I THOUGHT there was something awful and otherworldly in this headline of a recent CNN.com news story: “Pregnant pastor’s wife shot, killed in home invasion in Indianapolis.” The picture it created in my mind was that of a pregnant church minister grieving over the body of his slain wife, but then it struck me as highly improbable that the pastor—he should be male according to church tradition—was one heavy with child.
As it turned out, neither gender role inversion nor violation of the natural order of things was involved in that tragic incident. It was actually the pastor’s slain wife who was pregnant, but the headline writer had messed up his grammar in applying the possessive apostrophe-“s.” That headline should have read “Pastor’s pregnant wife shot, killed in home invasion in Indianapolis,” which was the concise form of the lead sentence of that news story, “The pregnant wife of an Indianapolis pastor was shot and killed this week in what police are calling a home invasion.”
To avoid such an appalling error in handling the possessives, let’s do a quick review of the possessive form in English.
Recall that the general rule in forming the possessive is simply (a) to add an “apostrophe-s” to a singular noun if it does not end in the letter “s,” and (b) to just add an apostrophe if the noun is in the plural form or already ends in “s.” Some examples: “Eduardo’s talent,” “The girls’ suggestion,” “Charles’ project,” and “Maritess’ essay.”
However, some grammarians recommend adding the apostrophe-“s” consistently even to singular nouns that end in “s,” so that “Charles’ project” becomes “Charles’s project,” and “Maritess’ essay” becomes “Maritess’s essay.” It’s a perfectly valid option, but it could be messy when it results in triple “s” endings as in “Maritess’s,” so I personally avoid it.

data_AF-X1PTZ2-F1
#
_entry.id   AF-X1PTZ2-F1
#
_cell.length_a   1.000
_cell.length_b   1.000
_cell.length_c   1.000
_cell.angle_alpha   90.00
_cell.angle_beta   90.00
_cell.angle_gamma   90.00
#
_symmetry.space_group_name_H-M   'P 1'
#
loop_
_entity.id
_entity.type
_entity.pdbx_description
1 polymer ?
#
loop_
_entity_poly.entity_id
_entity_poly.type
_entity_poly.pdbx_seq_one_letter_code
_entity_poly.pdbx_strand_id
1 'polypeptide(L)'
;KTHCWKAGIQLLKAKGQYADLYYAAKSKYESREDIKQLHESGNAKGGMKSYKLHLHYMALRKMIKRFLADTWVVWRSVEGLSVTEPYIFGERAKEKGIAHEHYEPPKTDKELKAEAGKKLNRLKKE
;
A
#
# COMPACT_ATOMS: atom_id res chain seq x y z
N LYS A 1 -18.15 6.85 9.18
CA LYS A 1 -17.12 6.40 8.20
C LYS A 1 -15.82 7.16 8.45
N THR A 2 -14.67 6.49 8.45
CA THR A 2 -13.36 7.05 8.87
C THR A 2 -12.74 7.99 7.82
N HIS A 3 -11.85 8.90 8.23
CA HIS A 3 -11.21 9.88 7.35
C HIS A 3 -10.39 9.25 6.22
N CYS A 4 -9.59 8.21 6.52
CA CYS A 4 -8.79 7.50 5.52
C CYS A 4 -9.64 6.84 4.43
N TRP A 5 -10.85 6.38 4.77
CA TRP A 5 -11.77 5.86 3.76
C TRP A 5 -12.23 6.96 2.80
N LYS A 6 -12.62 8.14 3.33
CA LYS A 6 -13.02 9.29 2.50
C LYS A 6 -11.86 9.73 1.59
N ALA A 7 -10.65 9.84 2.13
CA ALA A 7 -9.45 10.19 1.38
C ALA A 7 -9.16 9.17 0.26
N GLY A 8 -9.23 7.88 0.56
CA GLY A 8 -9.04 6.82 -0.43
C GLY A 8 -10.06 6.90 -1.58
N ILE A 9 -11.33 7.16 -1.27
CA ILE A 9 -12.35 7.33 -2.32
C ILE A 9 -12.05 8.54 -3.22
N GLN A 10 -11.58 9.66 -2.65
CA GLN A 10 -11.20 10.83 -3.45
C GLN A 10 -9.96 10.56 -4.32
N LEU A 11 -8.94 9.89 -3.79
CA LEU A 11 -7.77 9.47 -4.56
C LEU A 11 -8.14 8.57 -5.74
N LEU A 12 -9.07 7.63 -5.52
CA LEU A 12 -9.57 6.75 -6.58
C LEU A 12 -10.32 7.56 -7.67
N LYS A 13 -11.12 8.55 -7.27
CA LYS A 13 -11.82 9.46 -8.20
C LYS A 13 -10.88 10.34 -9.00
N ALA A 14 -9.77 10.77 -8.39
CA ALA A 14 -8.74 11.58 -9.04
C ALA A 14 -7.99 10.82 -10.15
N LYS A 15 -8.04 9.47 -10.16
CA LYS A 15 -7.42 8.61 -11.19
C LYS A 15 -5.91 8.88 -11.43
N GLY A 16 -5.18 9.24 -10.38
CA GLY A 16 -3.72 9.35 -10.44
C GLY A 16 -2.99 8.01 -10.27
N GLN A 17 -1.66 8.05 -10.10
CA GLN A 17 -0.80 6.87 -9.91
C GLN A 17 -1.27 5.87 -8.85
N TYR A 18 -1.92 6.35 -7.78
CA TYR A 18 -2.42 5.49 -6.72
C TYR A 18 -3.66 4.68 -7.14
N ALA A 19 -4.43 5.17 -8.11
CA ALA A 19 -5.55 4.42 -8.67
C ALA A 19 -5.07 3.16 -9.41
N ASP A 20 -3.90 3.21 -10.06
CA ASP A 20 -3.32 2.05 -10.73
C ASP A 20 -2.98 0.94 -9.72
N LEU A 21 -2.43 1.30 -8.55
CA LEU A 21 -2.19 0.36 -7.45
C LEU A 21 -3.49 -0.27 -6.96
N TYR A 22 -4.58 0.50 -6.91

To form the possessive when the noun does not end in “s” but is also plural, like the irregular plurals “women,” “children,” “media,” “oxen,” and “bacteria,” we simply append “apostrophe-s” to the nouns as if they were singular, as in “Awareness of women’s rights is growing in many parts of the world.” Then, when there’s joint possession by two nouns, recall that the rule is to let the possessive nearest the noun possessed carry the possessive, as in “Romeo and Juliet’s passion for each other sealed their tragic fate.”
We are also well-advised to refrain from using apostrophe-“s” possessives with inanimate objects, particularly in relation to their component parts. Although not grammatically wrong, it gives the feeling that something about the language is being violated in such possessive constructions as “the table’s top,” “the lamp’s bulb,” “the car’s tires,” and “the window’s panes.” Better to knock off the apostrophe-“s” possessives altogether: “the table top,” “the lamp bulb,” “the car tires,” and “the window panes.”
But to get back to that ghastly CNN.com headline, what happens when both the entity that takes the possessive apostrophe-“s” form and the entity possessed are noun phrases? Take as an example the subject of the statement “The dismal performance last year of the transport planning officer has been severely criticized.”That subject can be rendered in the concise possessive form “the transport planning officer’s dismal performance last year,” where the noun phrase “the transport planning officer’s” is the possessor and the noun phrase “dismal performance last year” is the possessed entity. In doing so, however, utmost care should be taken not to disturb or transpose the modifiers of the noun phrases. It will be disastrous, for instance, to render the possessive of that noun phrase as “the dismal transport planning officer’s performance last year.”
They may be just copyediting errors, but this does not obviate the outrage that headlines like “Pregnant pastor’s wife shot, killed in home invasion in Indianapolis” inflicts on readers’ sensibilities.
Visit Jose Carillo’s English Forum, http://josecarilloforum.com. Visit me on Facebook. Follow me at Twitter.com @J8Carillo. E-mail: firstname.lastname@example.org